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He’s Gray in name only
It wasn’t the same Steven Gray who had played for Gonzaga in years past when the Bulldogs took on the University of Illinois at Key Arena Dec. 4.
Gone was the skinny teenager with the short haircut and the familiar No. 32 (his father’s jersey number) since Gray’s freshman year in high school.
Instead, No. 41 had 10-15 pounds of muscle, a mop of dreadlocks and several tattoos to accentuate his new look. Still, his attitude and demeanor were unchanged. Neither was his play on the court.
The former Bainbridge High School star made his starter spot permanent in his junior year last season, earning All-West Coast Conference first team honors. He also shared co-MVP honors with former teammate Matt Bouldin at the EA Sports Maui Invitational. Gray helped the team to its 10th straight WCC regular season title and its 12th straight NCAA appearance.
His fluid shot and steady play at the shooting-guard position have earned him platitudes and with this, his senior season, comes the increased expectations of where he’ll fall in the NBA Draft.
Several mock drafts have him going in the mid-to-late second round; others project him going undrafted, but having a strong career overseas. Many of his ex-teammates have made the move to play in pro basketball leagues around the world after falling just short of the NBA.
While Gray has thought about going that route, he doesn’t want to have it dominate his thoughts until after his final college season.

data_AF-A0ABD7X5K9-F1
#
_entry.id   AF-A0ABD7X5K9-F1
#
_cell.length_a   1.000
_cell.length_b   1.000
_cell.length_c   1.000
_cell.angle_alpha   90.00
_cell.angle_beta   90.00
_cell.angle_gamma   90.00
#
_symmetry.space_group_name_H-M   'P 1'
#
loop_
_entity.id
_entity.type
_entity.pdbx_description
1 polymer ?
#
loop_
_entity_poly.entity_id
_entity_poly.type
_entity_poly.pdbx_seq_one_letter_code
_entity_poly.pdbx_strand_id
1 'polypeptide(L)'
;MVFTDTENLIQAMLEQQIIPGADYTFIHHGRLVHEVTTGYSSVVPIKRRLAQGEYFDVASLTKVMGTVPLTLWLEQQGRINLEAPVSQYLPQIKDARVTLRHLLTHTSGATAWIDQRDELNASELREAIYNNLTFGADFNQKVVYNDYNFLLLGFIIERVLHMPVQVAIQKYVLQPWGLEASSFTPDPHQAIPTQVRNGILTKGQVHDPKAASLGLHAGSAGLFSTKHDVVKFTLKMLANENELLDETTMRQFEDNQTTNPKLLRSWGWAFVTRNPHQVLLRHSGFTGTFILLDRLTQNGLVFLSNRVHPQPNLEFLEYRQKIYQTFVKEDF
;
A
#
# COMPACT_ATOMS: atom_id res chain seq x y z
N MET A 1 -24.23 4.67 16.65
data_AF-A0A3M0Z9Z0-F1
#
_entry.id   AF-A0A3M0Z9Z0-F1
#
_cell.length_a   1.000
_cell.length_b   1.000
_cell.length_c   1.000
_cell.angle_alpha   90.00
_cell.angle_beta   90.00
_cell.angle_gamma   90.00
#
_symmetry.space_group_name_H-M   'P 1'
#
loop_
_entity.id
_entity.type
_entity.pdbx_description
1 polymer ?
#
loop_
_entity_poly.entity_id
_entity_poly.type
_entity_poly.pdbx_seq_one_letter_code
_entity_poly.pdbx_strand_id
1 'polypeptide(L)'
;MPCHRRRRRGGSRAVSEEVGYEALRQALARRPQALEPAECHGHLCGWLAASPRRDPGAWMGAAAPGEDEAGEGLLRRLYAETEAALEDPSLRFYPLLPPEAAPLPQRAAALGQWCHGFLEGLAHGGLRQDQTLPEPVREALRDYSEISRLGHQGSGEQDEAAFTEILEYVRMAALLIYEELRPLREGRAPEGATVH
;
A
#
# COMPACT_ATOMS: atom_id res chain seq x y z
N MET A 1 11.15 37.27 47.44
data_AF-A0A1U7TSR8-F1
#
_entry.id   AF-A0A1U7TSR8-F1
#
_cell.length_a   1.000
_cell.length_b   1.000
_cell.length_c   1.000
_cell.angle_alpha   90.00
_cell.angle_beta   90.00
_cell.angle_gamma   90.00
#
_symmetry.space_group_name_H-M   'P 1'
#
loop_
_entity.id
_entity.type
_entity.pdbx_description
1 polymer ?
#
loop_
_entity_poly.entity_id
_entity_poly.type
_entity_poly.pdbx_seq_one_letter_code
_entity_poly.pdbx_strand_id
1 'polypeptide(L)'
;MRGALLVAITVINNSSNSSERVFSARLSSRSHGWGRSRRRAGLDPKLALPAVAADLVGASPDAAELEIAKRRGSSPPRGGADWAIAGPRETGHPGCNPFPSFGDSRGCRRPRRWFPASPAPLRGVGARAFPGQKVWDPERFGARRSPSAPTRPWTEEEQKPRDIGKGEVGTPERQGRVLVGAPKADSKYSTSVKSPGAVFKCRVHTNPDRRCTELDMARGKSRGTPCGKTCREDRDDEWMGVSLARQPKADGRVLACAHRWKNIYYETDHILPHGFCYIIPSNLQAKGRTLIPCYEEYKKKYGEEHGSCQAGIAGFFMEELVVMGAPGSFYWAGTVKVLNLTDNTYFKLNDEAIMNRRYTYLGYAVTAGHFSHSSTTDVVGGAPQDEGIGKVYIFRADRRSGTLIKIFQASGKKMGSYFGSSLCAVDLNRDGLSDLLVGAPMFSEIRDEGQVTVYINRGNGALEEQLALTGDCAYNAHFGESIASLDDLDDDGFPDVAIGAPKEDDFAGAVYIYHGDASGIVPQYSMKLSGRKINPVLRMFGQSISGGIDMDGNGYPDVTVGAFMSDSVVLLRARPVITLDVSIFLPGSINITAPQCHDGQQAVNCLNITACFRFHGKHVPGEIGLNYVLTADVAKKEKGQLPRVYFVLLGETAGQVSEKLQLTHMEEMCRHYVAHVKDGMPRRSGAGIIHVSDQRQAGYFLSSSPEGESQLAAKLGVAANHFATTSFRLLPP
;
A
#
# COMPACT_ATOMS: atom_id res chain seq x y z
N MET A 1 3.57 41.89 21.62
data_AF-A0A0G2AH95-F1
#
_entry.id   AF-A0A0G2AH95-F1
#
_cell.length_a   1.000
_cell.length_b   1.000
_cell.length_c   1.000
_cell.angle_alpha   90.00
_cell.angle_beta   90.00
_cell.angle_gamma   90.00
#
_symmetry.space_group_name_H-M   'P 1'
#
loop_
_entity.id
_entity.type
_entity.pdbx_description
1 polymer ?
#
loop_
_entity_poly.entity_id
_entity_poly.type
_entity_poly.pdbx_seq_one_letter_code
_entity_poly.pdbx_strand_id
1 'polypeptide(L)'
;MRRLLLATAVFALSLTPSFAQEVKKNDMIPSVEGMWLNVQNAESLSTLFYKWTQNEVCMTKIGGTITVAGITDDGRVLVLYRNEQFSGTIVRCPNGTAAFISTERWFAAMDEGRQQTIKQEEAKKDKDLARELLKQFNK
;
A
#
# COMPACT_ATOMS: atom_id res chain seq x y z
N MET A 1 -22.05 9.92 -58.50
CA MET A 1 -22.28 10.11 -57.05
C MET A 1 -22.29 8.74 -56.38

Right now, he’s more concerned with earning his degree in sociology (he’s on track to graduate). Gray is also dedicated to helping a young team learn the ins and outs of Division I basketball so it can win another WCC title and return to the NCAA tournament.
While they’ve lost several players and return only four upperclassmen, Gray said he’s confident in his teammates.
“You can see the progress,” he said. “What I’m thinking is, as opposed to year’s past, this is a team that can consistently be getting better and not plateauing at a point.
“I’m hoping we can put things together and see that we can play with (opponents), if we can put a whole game together,” Gray continued. “It’ll just be a matter of coming ready to play and learning from the past games and keep building.”
Another key for Gray is becoming more of a leader on the court. While he isn’t someone who leads by screaming on the court – it’s not in his nature – Gray knows what is expected of him from head coach Mark Few. So he does what ex-Gonzaga teammates David Pendergraft and Abdullahi Kuso did for him as a freshman and help his younger teammates any way he can.
“Something that I’ve really taken note of is the influence I do have,” he said. “I just give these guys at least a good first impression on how things should be done here and let them know it does get tough at times but we’ve all been through it. I just try to be that guidance for them.”
Gray said he also works on the issue of trust that his teammates place on him now that he is considered to be the leader of the team.